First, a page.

The aging body is like a teenager.
It is prone to rebellion.
Like a teenager, the aging body can be difficult to control. Regulating it is not simply a matter of willpower.
Like a teenager, the aging body will make noises that you do not like. You MIGHT not like the new music. You will struggle to understand the new slang. (It is helpful to learn the modern parlance, but it is not always cool to use it yourself on purpose.) Some of the words it uses will be mistaken for spelling errors, periodt. No cap.
You must listen to your body, learn its changing language, and try to understand its motivation. It will not always be very good at communicating with you. But hopefully, the listening skills (which you have cultivated during your long life) will help you to compensate. Your maturity will enable you to negotiate with it, to reason with it, and to find a tolerable balance. This is why we say, “Growing old is not for kids.”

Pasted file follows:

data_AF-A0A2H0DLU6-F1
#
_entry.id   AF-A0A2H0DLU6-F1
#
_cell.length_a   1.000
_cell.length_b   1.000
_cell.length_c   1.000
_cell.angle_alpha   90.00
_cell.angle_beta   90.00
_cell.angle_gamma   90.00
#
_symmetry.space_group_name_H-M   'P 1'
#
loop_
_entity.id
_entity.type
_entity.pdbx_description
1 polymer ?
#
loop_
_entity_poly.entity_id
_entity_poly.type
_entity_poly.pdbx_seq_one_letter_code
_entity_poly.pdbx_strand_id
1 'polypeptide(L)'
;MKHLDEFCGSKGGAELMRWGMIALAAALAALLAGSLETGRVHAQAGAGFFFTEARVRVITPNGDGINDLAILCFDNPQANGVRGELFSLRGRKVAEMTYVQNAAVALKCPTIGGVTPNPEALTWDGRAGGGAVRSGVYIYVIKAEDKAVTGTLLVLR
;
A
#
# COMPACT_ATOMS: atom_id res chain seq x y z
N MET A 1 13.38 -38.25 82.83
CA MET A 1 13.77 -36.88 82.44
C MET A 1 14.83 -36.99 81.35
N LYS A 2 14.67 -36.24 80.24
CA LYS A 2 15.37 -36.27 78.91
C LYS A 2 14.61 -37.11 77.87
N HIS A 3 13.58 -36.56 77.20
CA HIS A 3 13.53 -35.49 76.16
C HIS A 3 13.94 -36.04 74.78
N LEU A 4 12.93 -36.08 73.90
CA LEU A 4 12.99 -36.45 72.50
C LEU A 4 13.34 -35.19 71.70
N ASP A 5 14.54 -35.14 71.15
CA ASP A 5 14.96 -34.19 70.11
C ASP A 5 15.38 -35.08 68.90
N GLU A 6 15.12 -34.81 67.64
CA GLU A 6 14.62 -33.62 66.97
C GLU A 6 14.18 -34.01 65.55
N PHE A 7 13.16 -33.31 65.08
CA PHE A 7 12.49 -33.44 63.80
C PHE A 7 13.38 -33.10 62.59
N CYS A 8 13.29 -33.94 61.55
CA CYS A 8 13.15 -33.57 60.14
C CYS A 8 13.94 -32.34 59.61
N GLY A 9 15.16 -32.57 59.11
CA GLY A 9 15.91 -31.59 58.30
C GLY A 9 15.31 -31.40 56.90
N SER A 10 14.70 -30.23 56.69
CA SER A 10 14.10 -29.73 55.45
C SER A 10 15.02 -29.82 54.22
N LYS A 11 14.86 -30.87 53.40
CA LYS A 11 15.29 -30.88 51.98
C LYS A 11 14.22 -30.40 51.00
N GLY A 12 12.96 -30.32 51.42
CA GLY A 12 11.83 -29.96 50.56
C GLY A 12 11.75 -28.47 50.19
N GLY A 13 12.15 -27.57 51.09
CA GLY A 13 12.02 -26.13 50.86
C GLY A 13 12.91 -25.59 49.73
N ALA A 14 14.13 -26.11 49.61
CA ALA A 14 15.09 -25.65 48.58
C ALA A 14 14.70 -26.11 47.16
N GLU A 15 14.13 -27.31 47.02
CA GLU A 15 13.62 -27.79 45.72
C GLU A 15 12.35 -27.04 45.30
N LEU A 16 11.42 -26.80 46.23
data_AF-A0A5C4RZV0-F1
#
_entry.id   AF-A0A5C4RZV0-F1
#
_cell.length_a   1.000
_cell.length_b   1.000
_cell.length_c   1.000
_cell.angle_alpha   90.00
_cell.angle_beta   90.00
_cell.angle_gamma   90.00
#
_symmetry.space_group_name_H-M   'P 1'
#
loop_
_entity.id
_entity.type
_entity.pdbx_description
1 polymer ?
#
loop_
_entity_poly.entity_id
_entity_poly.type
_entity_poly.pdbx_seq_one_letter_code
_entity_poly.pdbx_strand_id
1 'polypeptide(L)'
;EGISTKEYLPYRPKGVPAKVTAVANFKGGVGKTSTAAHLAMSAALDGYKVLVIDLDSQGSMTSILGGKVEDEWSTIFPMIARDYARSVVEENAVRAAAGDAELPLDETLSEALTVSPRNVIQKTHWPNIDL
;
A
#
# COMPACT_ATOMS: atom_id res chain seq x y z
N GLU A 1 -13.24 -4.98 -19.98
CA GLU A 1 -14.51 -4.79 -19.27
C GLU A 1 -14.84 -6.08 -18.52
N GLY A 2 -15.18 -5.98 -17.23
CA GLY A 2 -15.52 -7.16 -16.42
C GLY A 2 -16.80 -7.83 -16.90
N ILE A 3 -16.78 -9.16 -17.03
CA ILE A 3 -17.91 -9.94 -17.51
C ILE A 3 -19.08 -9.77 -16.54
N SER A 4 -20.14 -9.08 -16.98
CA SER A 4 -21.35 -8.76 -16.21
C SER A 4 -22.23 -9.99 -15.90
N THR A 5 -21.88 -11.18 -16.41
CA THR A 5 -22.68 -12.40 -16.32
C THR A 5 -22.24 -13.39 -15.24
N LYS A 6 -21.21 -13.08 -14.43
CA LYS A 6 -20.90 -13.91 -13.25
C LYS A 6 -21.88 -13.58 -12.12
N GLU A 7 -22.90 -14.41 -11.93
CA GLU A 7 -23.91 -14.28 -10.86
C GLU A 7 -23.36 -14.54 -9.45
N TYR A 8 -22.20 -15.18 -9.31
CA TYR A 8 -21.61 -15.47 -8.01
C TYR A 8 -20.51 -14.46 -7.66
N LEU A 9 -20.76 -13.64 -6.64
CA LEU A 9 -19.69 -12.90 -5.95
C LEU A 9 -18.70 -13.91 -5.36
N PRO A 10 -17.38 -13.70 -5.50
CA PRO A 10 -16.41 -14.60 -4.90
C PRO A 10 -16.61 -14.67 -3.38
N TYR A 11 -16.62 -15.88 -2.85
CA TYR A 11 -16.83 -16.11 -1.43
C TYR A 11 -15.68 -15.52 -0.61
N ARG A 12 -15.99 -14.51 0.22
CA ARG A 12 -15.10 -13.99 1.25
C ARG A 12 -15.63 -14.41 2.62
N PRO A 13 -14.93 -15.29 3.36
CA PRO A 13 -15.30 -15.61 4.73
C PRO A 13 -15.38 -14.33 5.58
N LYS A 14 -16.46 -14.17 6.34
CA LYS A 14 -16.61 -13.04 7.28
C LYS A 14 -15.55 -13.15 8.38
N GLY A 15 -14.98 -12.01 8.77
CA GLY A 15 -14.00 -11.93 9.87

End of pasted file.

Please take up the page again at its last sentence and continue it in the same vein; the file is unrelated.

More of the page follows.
Like a teenager, you should not expect your new body to be like you were when you were younger. You should not expect (or demand) that it have the same goals or aptitudes that you did when you were young and rebellious. But if you learn to respect it, it may surpass all of your expectations.
Tai chi is not merely an exercise used to push your body around and tell it what to do. It is a way of listening, and feeling, and understanding. It is a way of reducing conflict, and achieving harmony. That is how we win the fight, and transcend our limitations.
– Ian Sinclair
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